Nevin Manimala Statistics

High and Wide: An In Silico Investigation of Frequency, Intensity, and Vibrato Effects on Widely Applied Acoustic Voice Perturbation and Noise Measures

J Voice. 2023 Nov 2:S0892-1997(23)00316-8. doi: 10.1016/j.jvoice.2023.10.007. Online ahead of print.


OBJECTIVES: This in silico study explored the effects of a wide range of fundamental frequency (fo), source-spectrum tilt (SST), and vibrato extent (VE) on commonly used frequency and amplitude perturbation and noise measures.

METHOD: Using 53 synthesized tones produced in Madde, the effects of stepwise increases in fo, intensity (modeled by decreasing SST), and VE on the PRAAT parameters jitter % (local), relative average perturbation (RAP) %, shimmer % (local), amplitude perturbation quotient 3 (APQ3) %, and harmonics-to-noise ratio (HNR) dB were investigated. A secondary experiment was conducted to determine whether any fo effects on jitter, RAP, shimmer, APQ3, and HNR were stable. A total of 10 sinewaves were synthesized in Sopran from 100 to 1000 Hz using formant frequencies for /a/, /i/, and /u/-like vowels, respectively. All effects were statistically assessed with Kendall’s tau-b and partial correlation.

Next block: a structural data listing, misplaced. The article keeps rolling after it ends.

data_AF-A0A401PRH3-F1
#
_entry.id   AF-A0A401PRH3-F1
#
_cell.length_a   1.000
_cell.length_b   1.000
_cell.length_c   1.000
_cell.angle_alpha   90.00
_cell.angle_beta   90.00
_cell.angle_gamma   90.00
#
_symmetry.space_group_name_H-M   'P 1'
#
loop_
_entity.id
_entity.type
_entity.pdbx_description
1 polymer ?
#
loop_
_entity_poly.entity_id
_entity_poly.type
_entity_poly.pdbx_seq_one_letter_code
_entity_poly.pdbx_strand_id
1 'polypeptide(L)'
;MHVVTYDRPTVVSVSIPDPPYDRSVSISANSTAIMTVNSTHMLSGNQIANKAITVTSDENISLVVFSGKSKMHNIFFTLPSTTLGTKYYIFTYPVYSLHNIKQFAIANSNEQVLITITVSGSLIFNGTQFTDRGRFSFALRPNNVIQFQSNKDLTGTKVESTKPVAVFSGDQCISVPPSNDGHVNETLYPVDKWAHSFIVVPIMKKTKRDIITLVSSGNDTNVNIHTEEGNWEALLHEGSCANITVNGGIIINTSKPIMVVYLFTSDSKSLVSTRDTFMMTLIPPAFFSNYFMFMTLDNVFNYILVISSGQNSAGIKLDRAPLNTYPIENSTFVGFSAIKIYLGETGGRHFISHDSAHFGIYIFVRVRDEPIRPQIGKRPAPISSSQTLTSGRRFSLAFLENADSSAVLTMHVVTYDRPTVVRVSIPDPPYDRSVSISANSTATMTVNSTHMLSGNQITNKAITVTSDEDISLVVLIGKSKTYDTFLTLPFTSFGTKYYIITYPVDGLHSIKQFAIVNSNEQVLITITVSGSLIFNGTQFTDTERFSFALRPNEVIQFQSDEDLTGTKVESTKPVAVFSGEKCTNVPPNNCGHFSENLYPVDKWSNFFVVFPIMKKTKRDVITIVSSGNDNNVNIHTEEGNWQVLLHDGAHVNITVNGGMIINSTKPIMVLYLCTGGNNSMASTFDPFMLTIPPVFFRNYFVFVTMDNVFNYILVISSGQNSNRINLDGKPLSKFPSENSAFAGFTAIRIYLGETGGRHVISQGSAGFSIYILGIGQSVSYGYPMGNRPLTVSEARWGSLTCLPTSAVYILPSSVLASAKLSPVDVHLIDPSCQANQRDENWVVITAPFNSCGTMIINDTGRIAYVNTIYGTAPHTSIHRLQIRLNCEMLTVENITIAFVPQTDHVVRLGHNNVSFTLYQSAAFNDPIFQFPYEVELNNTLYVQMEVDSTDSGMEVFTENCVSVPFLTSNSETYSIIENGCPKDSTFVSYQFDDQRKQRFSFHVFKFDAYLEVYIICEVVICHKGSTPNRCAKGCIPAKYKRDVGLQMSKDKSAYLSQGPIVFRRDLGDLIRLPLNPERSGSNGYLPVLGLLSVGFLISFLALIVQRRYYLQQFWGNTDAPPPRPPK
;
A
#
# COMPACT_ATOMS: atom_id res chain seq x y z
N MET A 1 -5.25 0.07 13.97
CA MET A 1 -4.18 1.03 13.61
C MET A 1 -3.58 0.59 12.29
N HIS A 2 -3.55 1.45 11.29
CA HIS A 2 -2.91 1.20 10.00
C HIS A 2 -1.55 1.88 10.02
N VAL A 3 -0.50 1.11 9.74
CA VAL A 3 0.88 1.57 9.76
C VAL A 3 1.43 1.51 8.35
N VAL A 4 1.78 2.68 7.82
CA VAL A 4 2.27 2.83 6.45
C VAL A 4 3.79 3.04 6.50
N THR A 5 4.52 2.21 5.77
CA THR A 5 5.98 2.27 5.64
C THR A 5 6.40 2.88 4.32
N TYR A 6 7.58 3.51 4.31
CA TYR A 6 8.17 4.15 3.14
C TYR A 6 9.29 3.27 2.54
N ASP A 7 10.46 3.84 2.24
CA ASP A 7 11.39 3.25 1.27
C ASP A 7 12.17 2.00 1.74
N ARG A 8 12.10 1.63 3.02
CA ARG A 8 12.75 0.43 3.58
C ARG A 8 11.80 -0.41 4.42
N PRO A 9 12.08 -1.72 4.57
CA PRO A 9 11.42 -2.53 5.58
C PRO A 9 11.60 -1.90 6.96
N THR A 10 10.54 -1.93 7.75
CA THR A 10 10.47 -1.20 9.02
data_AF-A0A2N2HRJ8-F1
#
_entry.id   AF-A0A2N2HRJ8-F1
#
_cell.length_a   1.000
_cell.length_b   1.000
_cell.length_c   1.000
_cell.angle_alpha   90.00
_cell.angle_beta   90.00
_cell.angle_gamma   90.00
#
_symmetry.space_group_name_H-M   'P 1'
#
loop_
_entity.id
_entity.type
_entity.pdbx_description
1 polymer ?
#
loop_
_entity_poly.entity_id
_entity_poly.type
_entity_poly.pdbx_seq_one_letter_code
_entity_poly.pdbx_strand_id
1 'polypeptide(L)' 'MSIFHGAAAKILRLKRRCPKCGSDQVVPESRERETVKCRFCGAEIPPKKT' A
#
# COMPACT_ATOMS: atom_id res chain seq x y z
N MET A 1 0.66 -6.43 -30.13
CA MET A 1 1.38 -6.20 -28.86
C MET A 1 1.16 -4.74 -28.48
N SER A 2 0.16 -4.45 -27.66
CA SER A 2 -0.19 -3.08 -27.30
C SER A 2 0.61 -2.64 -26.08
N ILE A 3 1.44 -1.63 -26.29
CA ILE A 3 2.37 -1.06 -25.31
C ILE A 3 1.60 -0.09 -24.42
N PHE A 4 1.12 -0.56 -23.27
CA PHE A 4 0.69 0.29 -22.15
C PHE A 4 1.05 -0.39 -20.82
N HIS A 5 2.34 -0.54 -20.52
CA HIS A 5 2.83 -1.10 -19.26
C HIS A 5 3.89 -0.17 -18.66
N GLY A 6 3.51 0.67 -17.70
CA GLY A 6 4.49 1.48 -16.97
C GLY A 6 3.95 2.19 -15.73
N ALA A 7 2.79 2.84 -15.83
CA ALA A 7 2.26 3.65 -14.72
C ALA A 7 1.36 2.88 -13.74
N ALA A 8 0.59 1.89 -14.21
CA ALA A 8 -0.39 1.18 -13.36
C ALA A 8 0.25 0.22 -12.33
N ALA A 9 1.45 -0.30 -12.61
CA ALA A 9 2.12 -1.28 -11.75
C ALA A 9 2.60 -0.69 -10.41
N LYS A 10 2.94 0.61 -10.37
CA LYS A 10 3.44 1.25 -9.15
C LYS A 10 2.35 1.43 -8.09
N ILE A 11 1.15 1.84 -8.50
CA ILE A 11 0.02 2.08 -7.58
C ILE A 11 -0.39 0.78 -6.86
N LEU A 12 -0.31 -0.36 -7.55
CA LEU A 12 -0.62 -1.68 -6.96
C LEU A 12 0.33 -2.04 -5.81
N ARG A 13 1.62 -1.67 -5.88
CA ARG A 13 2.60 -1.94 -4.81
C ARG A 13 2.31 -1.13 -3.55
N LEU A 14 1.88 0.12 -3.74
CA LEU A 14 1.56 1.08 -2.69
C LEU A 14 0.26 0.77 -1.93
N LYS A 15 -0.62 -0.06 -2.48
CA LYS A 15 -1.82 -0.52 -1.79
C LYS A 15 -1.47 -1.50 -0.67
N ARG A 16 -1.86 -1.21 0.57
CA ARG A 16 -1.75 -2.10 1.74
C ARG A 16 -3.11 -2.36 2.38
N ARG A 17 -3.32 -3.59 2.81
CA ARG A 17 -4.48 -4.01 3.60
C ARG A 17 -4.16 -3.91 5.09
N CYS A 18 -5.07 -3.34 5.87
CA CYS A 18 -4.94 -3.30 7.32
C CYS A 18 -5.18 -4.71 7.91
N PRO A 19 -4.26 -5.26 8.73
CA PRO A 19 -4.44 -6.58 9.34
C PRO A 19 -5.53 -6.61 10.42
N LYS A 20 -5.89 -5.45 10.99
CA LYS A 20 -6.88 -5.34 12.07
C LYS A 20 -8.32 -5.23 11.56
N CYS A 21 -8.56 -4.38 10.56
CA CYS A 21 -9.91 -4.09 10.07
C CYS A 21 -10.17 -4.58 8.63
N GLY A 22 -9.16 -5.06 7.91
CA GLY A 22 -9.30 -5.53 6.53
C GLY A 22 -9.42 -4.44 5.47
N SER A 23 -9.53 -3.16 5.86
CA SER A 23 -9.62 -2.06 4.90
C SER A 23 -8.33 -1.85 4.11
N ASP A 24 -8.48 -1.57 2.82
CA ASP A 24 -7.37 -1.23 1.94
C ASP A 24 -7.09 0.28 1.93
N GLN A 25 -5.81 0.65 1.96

RESULTS: Increasing fo resulted in an overall increase in jitter, RAP, shimmer, and APQ3 values, respectively (P < 0.01). Oscillations of the data across the explored fo range were observed in all measurement outputs. In the Sopran tests, the oscillatory pattern seen in the Madde fo condition remained and showed differences between vowel conditions. Increasing intensity (decreasing SST) led to reduced pitch and amplitude perturbation and HNR (P < 0.05). Increasing VE led to lower HNR and an almost linear increase of all other measures (P < 0.05).

CONCLUSION: These novel data offer a controlled demonstration for the behavior of jitter (local) %, RAP %, shimmer (local) %, APQ3 %, and HNR (dB) when varying fo, SST, and VE in synthesized tones. Since humans will vary in all of these aspects in spoken language and vowel phonation, researchers should take potential resonance-harmonics type effects into account when comparing intersubject or preintervention and postintervention data using these measures.

PMID:37925330 | DOI:10.1016/j.jvoice.2023.10.007

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